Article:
OSAGE, Minn. – Neat stacks of aluminum sheets, insulation, and dark metal frames sit atop long tables in a quiet northern Minnesota manufacturing facility. A group of Native American workers here is assembling the components into a green energy technology with the aim of lowering heating bills and emissions across tribal lands and beyond.

An Anishinaabe-run nonprofit based on the White Earth Reservation, 8th Fire Solar, produces and installs solar thermal panels — a lesser-known sun-powered technology used to help heat homes and buildings.

The firm is part of a growing effort to expand solar power on tribal lands in Minnesota, which advocates say taps into belief systems that call for working in concert with nature, while saving people money and pursuing tribal energy independence.

"We can honor our traditional beliefs with the new technology," said 8th Fire sales and marketing director Gwe Gasco.

Unlike rooftop photovoltaic solar, solar thermal panels mount on the southern side of a structure, absorb heat from the sun, and pass it through to the inside. For a typical household, it can lower heating bills between 30 to 40%, Gasco said, which means using less fossil fuels for heat.

That's particularly important this year because heating prices are likely to be high, experts say. The price of natural gas remains high due to the war between Russia and Ukraine, and global markets resetting from the COVID pandemic, according to Annie Levenson-Falk, executive director of the nonprofit Citizens Utility Board of Minnesota.

Indigenous people in Minnesota feel the heating and energy bill pinch disproportionately, data shows. The state's reservations are in colder, rural areas that are less frequently on standard natural gas grids, meaning more people have to heat with pricier fuels like propane. The housing stock also tends to be older and less energy-efficient.

In Minnesota, Native Americans on federal energy assistance had the highest bills and the lowest household incomes during the 2021-2022 heating season, according to the Minnesota Department of Commerce.

Last winter, 127,638 households across the state received energy assistance totaling $206 million. Native American households on energy assistance paid $2,691 annually on average to heat and power their homes, much more than any other group, state data shows, and received an average $2,337 in assistance.

Other racial groups on energy assistance averaged just over $2,000 per year in heating and electric costs and received an average of around $1,600 in assistance.

"We see fuel costs as an equity issue," said Kevin Lee, deputy commissioner of energy resources with the Minnesota Department of Commerce.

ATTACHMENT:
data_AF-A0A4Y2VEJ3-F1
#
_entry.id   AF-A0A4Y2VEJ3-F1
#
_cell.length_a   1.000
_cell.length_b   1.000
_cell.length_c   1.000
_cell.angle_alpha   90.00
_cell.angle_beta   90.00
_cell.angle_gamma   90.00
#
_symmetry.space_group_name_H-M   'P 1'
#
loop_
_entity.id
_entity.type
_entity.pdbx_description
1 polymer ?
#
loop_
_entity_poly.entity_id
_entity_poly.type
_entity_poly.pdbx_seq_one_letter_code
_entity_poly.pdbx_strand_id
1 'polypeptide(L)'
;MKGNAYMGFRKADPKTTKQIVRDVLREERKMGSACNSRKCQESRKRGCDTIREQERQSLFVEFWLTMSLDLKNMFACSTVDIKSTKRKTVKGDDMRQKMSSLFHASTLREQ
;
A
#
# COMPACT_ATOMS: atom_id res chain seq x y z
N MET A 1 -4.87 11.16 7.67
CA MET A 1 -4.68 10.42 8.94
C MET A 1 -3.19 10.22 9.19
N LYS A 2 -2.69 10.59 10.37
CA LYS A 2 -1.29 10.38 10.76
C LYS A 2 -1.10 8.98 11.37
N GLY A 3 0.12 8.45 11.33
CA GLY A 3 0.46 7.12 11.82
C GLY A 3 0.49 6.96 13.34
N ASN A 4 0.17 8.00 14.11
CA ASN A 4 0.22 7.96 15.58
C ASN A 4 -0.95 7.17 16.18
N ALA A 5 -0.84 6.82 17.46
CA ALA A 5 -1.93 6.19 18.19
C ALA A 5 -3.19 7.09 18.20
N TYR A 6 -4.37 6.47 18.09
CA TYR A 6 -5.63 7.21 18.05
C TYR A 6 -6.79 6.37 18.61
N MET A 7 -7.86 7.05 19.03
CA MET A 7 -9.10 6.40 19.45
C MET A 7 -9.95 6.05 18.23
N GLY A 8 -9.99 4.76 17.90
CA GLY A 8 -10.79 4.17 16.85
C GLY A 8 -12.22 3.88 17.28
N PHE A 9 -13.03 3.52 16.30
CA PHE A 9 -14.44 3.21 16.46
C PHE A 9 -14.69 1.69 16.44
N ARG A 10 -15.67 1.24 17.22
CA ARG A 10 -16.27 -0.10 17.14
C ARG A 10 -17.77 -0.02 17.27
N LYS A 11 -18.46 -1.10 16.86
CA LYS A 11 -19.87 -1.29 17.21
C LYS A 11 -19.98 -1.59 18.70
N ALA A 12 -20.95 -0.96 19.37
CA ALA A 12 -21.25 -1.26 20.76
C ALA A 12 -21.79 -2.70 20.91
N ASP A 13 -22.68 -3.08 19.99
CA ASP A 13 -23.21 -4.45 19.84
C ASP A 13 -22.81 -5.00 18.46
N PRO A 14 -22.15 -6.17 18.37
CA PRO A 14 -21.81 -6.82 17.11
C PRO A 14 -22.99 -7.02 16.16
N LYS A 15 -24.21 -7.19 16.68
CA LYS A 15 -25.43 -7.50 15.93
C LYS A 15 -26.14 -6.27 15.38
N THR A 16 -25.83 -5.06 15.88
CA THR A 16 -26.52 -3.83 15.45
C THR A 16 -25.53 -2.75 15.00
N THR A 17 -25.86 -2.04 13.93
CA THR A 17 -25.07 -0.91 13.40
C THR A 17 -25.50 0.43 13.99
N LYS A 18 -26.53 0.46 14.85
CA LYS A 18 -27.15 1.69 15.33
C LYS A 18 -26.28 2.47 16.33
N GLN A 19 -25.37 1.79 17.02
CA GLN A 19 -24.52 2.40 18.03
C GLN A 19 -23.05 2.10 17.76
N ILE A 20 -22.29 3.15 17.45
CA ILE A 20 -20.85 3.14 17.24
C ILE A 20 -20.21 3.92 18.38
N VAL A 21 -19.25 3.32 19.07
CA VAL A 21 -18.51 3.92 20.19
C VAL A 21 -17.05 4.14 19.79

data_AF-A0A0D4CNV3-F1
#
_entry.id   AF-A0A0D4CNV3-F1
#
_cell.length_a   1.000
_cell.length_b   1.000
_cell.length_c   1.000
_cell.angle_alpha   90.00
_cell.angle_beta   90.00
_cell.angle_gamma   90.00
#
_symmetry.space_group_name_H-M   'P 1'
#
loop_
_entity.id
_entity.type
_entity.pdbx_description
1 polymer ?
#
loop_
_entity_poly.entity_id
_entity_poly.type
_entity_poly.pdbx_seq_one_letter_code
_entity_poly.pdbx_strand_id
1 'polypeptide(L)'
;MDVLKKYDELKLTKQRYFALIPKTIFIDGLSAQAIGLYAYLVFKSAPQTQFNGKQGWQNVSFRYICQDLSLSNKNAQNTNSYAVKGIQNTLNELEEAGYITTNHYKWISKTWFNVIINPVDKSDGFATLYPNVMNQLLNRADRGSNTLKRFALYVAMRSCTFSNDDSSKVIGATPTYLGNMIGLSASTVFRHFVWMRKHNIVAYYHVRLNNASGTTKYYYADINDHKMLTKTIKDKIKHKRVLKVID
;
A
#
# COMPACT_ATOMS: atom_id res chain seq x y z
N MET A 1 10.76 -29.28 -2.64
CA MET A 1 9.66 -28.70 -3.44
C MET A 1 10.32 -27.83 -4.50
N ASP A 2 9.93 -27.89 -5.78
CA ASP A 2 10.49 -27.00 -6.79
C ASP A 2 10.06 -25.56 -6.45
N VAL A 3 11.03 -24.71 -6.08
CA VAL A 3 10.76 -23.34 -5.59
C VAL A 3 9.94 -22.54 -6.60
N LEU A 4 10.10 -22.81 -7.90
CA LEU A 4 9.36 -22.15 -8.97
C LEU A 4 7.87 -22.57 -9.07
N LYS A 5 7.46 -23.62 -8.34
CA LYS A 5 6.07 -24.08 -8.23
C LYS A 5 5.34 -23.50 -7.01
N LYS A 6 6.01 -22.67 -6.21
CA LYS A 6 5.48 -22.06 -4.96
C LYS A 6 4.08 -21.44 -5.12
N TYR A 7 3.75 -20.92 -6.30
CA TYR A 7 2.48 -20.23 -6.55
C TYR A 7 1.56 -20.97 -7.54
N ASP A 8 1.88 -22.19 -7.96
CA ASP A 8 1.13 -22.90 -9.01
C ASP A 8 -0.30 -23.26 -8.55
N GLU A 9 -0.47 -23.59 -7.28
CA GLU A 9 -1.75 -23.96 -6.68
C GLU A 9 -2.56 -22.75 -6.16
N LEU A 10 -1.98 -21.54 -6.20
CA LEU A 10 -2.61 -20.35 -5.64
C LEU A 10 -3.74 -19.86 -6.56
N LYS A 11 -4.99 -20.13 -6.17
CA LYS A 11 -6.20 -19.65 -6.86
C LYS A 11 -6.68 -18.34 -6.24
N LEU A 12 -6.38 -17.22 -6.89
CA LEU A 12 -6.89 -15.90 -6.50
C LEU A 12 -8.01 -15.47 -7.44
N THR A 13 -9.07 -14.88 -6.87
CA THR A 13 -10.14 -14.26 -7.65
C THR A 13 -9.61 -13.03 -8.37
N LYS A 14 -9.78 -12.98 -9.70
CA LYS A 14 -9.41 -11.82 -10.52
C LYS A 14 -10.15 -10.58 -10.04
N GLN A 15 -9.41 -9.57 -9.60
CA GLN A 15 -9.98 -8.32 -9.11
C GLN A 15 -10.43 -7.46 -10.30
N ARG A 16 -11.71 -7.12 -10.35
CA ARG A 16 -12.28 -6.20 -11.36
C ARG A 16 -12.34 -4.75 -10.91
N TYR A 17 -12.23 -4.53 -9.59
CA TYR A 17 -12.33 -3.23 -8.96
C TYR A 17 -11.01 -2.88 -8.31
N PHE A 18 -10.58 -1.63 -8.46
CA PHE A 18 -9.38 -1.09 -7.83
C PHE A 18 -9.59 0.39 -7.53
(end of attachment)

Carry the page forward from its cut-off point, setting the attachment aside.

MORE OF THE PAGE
Applications for energy assistance are now open in Minnesota, and it's better to sign up earlier to receive benefits when needed, Lee said. Households of four can earn up to $58,0000 and still qualify for energy assistance, which is a federal program administered largely by local Community Action Partnership agencies.

Native Americans are more likely to pay a higher percentage of their income on power and heating than other groups, according to data from the United States Department of Energy. The average Minnesota household spends 2% of its income on energy, compared to 7% on White Earth Reservation and 6% on the Red Lake Reservation.

More than half of 8th Fire's installations are on reservation land, a goal for the organization.

Unlike photovoltaic solar, which features several small rectangles on a panel, solar thermal panels use one large, coated aluminum absorber plate to create a solar powered furnace.

The sun hits the plate and heat it generates passes through layers of space and insulation. The interior of the panel is connected by a duct to a structure at each end. Air enters through an intake manifold, passes through the absorber plate to absorb heat, and is pushed into the structure by a fan linked to a controller and thermostat. The solar thermal system works in tandem with a structure's existing heating infrastructure.

The panels look a bit like big screen televisions and are mounted onto south-facing walls using an aluminum racking system. A weather-tight seal is formed using foam insulation and gaskets.

The name 8th Fire refers to Anishinaabe prophecies, Gasco said. Currently, humanity is in the time of the Seventh Fire, when the Anishinaabe believe people must choose between the worn-down, scorched-earth path and a green, new path. Moving toward the green path will light the Eighth Fire and a chance for a better future.

Currently, 8th Fire employs 10 people, but increased demand is driving more need for workers.

The nonprofit is hosting a green jobs conference at the Shooting Star Casino in Walker, Minn., on Dec. 16.

The group aims to spread its knowledge around tribal communities in Minnesota so that Native people can build out more green infrastructure and have more job opportunities.

"We want to stimulate the tribal economies," Gasco said.

This story comes to you from Sahan Journal, a nonprofit newsroom dedicated to covering Minnesota's immigrants and communities of color. Sign up for its free newsletter to receive stories in your inbox.